Fed up with rejections? So was I. Afraid to self-publish? Me too. Especially since I'd quit electrical engineering six years earlier to turn myself into a novelist.
The last thing I expected was to be writing about rejections and self-publishing after so much time. I hadn't fooled around, you see. I'd done what serious new authors do: studied fiction technique, written a novel, written another, revised, queried literary agents.
I did expect what happened last November. I got a call from an agent in New York. Could she read the entire manuscript of my mystery/thriller, "The Crowning Circle?"
"Absolutely," I said. Then I hung up and shouted for joy.
My husband scrambled from the house to buy more printer paper while I ran a final spellcheck. We got the manuscript on the last FedEx pickup. Two months later, I was an agented author. Within the week, a Hollywood agent had read and liked my novel. He stood ready to handle an expected stampede. Submission day arrived. The manuscript went out. I waited. Then, from all over New York, came letters like the following:
"I must let you know off the bat that I fell head over heels with Ms. Lankford's story. This plot is simply marvelous, replete with interesting characters and fascinating morsels from the world of computer engineering. However...."
"I found her characters to be original and rich in their uniqueness. And the plot and its eventual resolution are intriguing. However...."
"Her writing is ripe for thrillers...an impressive debut...good ear for dialog...well plotted...a community of characters who involve the reader...vivid scenes...wonderful writer.... However...."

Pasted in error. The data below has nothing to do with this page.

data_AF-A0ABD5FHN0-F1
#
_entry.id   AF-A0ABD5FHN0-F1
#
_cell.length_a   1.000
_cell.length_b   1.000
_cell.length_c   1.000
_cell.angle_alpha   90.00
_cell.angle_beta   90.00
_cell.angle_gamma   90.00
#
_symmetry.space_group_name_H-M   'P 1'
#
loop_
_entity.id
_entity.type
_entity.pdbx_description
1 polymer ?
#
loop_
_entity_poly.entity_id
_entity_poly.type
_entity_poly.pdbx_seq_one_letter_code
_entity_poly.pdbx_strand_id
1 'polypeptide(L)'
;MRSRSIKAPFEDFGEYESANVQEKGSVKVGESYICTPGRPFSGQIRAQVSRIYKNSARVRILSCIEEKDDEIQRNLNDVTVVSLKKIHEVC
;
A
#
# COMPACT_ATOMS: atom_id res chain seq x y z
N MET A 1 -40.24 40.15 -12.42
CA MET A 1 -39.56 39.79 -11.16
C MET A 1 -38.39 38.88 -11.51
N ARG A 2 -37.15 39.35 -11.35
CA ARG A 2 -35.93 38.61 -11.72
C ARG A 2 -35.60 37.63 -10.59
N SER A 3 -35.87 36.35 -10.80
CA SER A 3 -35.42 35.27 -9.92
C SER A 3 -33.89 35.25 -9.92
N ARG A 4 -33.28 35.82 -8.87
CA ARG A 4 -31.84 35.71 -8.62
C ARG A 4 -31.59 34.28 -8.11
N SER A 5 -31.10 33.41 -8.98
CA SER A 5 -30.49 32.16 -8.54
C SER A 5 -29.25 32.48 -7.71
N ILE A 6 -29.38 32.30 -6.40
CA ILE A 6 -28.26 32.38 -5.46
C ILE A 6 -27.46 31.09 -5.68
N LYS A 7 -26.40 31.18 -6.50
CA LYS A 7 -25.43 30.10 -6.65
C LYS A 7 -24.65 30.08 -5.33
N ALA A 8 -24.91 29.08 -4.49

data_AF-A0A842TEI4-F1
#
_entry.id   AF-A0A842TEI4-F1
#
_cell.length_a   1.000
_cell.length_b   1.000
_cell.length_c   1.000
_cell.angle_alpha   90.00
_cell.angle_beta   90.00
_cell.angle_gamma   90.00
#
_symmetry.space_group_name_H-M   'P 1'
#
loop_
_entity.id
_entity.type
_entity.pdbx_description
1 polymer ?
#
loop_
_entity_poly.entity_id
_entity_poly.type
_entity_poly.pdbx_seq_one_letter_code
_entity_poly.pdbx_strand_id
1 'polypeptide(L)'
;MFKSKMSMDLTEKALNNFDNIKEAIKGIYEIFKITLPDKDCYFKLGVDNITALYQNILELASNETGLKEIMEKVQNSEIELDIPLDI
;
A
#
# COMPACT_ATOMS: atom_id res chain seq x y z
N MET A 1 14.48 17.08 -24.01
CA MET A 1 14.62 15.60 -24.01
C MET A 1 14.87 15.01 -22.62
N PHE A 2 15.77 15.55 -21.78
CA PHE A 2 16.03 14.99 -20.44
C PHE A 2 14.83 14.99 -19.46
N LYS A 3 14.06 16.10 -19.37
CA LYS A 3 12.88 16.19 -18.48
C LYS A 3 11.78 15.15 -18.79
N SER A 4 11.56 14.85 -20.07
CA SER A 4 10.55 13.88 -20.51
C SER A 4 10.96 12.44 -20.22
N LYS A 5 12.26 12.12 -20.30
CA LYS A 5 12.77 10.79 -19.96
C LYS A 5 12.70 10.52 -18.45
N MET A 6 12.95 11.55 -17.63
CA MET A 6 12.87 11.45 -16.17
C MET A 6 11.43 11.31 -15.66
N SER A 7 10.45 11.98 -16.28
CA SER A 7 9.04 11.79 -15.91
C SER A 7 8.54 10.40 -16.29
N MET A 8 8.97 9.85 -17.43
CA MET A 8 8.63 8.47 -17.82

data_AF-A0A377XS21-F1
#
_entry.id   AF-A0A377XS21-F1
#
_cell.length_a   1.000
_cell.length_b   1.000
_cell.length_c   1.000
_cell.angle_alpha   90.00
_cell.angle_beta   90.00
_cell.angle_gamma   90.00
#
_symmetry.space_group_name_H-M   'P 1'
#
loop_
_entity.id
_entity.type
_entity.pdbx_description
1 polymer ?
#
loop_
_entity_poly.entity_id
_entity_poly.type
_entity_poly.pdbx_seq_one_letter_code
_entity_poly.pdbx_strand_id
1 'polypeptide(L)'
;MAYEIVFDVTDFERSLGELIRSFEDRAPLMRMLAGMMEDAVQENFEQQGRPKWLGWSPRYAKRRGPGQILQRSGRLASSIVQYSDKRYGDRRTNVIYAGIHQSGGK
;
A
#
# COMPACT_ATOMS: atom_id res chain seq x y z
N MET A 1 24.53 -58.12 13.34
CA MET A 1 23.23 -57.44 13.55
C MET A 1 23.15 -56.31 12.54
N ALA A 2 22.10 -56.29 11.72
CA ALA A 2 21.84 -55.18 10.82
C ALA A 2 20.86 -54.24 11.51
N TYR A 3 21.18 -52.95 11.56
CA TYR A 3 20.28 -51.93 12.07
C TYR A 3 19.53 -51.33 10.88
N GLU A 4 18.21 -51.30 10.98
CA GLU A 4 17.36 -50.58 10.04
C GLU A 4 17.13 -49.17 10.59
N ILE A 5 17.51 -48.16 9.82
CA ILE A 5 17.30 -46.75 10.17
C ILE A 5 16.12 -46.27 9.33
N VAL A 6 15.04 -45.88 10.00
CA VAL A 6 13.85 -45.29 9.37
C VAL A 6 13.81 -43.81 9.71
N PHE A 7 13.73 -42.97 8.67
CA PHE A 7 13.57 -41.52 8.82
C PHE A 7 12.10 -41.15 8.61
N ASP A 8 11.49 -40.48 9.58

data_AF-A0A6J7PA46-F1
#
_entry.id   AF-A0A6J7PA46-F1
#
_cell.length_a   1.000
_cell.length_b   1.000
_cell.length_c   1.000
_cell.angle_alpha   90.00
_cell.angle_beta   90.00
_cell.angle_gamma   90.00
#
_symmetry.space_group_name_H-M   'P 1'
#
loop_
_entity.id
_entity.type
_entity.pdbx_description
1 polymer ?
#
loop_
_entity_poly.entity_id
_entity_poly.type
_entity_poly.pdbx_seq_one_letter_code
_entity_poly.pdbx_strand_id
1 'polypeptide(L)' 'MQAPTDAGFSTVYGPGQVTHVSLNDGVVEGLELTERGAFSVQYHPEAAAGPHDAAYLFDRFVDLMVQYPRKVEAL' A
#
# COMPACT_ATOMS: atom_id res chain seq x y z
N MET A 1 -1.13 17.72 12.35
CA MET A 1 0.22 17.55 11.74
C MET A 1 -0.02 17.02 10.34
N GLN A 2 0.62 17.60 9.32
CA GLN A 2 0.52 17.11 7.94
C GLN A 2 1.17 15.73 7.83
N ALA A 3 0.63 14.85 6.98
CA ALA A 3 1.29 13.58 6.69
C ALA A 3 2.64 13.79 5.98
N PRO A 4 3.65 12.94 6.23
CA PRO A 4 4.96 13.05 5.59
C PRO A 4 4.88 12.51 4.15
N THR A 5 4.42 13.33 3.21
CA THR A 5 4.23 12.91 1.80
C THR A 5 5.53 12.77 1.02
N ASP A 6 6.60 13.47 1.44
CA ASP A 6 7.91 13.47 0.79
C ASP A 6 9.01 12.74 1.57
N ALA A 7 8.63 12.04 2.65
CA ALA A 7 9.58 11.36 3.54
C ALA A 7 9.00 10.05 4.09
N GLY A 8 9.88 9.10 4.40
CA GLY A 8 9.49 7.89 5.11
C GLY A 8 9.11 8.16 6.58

Nineteen of them in all.
No two letters gave the same reason, and they often contradicted each other.
When I quit my job, I hadn't minded starting over. Inspired by the likes of Colette, Balzac and Dickens, I'd wanted to write since I was 11. It was scary, but it was also my dream. I founded two online workshops for aspiring writers like me: WriteLab and NovelDoc. In the latter, I spent a year polishing a draft of "The Crowning Circle"--not my first novel, but my third.
I would have feared I was a lousy writer if it wasn't for those rave rejections. Maybe something else was wrong. Everywhere we hear that fiction is in trouble. The MTV generation doesn't read, they say. Even baby boomers are busy surfing the Net. Reading's down. Publishing has suffered merger mania. Editors have been fired. In such a climate, perhaps no one's taking risks.
I checked. In 1996, 72 first novels came out in publishing's all-important fall season. In 1999, there were only 54, a drop of 25 percent--and most aren't from the big publishers, but smaller presses. This according to back issues of Publishers Weekly. Sounds bad.
Maybe quitting my job wasn't such a good idea.
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